Eek! It’s been SEVEN whole months since I last posted. I’m so sorry. It won’t happen again.
Also, I officially started my digital humanities fellowship at the Jefferson School African American Heritage Center. And separately, the City appointed me to its Historic Resources Committee. Both will hopefully mean that this work stands a better chance at existing, not just as exhibition and digital scholarship, but also in local curricula and policy, while guiding serious actions around longterm repair.
And there’s some even bigger news: Earlier in the year, I’d given the City Circuit Court Clerk’s office an empty fresh new external hard drive. And on May 16, I picked it back up, only now the drive had approximately 152,249 pages of property records on it! It’s amazing how something so tiny and compact can contain so much. These records span from 1888, when the city first incorporated and when it started keeping its own separate records, all the way through 1964 — 76 years worth of records that cover not only the largest housing boom, but also the implementation of Jim Crow and racial terror policies in Charlottesville.
I can’t stress enough just how HUGE it was to get all of these records in digital form. Before that, we were facing a lengthy process of digitizing each of these 152,249 pages by hand. And don’t get me wrong, I was prepared to do exactly that, but this just saved us months and months of work.
With that said, though they were in digital form, all these thousands and thousands of property records were in a .TIF format, and I need them in a .PDF format, so that we can scan them with Optical Character Recognition (OCR) software, which will allow us to search for certain terms and language within the deeds.
The good news is that there exists just such a program, and it’s called ABBYY Fine Reader. With that I was able to upload batches of .TIF documents, 500 at a time. And then I converted those 500 separate documents into one single .PDF document, and—this is the best part—the program actually scans that single .PDF with OCR throughout all 500 of its pages, making it all entirely searchable.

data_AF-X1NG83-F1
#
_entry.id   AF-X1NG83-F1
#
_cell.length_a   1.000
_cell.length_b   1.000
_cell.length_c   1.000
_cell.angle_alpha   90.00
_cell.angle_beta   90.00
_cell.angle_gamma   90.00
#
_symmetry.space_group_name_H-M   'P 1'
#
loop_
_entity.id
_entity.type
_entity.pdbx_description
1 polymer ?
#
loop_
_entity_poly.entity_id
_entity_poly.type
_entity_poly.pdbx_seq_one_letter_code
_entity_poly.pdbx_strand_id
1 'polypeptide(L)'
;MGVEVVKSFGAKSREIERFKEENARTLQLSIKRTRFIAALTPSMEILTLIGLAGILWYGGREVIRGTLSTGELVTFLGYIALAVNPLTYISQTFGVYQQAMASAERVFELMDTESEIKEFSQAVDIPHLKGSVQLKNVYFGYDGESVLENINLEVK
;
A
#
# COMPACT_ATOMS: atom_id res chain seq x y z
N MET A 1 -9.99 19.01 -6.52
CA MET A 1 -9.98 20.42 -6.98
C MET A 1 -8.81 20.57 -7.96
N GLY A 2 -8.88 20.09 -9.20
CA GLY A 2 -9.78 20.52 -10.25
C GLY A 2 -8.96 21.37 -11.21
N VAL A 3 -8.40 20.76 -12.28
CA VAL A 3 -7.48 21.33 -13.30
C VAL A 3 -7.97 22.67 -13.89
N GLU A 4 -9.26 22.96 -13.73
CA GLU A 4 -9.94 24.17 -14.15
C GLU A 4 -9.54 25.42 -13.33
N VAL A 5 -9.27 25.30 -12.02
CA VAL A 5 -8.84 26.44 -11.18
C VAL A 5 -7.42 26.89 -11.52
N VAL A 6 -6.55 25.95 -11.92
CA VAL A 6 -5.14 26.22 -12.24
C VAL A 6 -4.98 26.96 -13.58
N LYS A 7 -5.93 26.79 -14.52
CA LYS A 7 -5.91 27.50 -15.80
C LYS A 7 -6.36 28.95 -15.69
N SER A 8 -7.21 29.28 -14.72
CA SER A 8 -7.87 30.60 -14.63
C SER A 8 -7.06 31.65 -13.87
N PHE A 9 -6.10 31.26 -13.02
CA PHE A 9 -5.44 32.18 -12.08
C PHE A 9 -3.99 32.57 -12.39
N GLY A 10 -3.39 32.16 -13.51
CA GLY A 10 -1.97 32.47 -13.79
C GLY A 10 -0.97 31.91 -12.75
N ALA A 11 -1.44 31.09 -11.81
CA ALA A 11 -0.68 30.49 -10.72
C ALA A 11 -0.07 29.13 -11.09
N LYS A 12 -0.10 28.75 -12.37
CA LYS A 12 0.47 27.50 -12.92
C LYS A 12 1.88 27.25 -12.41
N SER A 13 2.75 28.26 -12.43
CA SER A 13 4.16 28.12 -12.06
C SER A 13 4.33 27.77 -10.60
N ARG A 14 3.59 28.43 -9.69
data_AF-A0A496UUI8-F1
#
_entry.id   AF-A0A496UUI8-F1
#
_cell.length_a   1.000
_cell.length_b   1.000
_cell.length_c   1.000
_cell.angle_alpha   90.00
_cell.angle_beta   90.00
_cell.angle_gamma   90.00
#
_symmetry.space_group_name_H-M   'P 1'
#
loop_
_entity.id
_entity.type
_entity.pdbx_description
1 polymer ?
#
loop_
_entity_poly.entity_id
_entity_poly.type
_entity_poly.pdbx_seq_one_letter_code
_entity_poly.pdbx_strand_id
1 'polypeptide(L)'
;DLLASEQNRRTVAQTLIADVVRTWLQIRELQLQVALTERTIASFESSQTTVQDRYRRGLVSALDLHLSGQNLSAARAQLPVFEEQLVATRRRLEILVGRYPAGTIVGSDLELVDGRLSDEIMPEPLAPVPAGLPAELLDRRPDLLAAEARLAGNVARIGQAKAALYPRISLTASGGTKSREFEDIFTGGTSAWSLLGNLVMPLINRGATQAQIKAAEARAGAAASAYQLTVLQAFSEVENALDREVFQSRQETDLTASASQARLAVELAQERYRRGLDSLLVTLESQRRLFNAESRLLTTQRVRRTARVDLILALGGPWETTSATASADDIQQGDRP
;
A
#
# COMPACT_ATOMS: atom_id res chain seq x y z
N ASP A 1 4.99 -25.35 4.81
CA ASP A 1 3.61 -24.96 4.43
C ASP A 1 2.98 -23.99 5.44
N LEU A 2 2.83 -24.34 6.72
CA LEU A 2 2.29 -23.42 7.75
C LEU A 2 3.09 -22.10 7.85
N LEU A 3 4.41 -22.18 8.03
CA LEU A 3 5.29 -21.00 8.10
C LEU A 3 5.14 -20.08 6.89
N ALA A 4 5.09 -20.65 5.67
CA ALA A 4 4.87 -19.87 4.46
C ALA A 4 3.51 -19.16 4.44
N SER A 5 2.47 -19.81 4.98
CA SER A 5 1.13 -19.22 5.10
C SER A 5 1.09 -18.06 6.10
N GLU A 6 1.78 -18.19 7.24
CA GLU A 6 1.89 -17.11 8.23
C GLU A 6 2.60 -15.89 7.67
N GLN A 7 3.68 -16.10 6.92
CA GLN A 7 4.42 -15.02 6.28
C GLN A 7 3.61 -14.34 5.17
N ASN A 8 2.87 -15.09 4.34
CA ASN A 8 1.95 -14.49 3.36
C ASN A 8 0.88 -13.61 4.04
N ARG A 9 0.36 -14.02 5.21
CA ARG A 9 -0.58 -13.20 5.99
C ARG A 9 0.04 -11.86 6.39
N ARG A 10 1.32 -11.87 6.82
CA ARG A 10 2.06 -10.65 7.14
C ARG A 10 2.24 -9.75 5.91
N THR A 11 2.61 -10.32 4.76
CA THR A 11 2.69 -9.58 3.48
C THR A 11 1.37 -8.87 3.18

So far I’ve scanned 188 deed books (1904-1957) like this. Each of these has about 500 pages of records, which means I’ve scanned a total of about 94,000 pages.
I started scanning with the 1904 records because that’s the first year records were typed, which means they’re recognizable by OCR. Before that, all the records were written and documented in cursive longhand, which isn’t recognizable by OCR, so while we now have digital copies of all those, I still need to go through and search by hand all records from 1888-1904 — about 7,500 records.
What’s more is I still have 92 digitized deed books, spanning from 1957-1968, to scan. It’s only a 10 year period, but it encompasses 46,000 pages of records, marking a period of remarkable home ownership and construction. And I’ll be getting to that soon, but I stopped here, at 1957, because these initial 94,000 scanned records can give us a good sized 53-year window into the advent of racial covenants in the city, and because, as discussed in an earlier post, in 1948 the U.S. Supreme Court found these racial covenants to be unconstitutional. Of course, they still show up in deeds post-1948, and I plan on investigating and digging into whether (a) they were inserted and upheld after 1948, or (b) they were still in deeds, but rendered unenforceable.
FUTURE POST: Chronicle the stories of the first African Americans to move into homes that contained racially restrictive covenants.
For our initial purposes of looking at the landscape of just how far-reaching and where exactly these covenants were, this time period, and this large number of deeds gives us a good starting place, and is easily updated as we move through the remaining 27 years (1888-1904 & 1957-1968).
So with these 94,000 pages of property records, I then began to search for racially restrictive clauses and language, one-by-one. The wonderfully kind and generous folks at Mapping Prejudice in Minneapolis had offered to let me use a script they wrote, which automatically searches documents for a set of specified terms. Buuuut, I’m not that tech-savvy, so I ended up searching all of these records individually. And good gracious did I find a lot. Thousands. And it’s really interesting to look at the frequency:
• From 1904-1926: There are about 160 racially restricted deeds in the city
That means an average of about 7-8 per year
• From 1926-1932: There are about 176 racially restricted deeds in the city
That means an average of about 30 per year
This is a four-fold increase over 1/4 the amount of time.
Now of course, some of those may be repeats—people selling properties again—so they show up in the deed books again and again, but we’ll find all of that out when we start mapping them.
Regardless, this glimpse still drastically pales in comparison to what happens in the 17 following years from 1936-1953, when the frequency blows up.
It’s the height of covenants. A single property record can easily span 2-3 pages in its entirety, and during this time period, one racially restricted property occurs in every eight pages of property records, which means that as many as 1 out of every 3 properties being sold is restricted to white people.
The other interesting thing that occurs is the type of language being used in the covenants. There are a couple key shifts over the years, but most often it’s remarkable how similar the language is, almost verbatim, from deed to deed. I’ll explore more of that in the next post!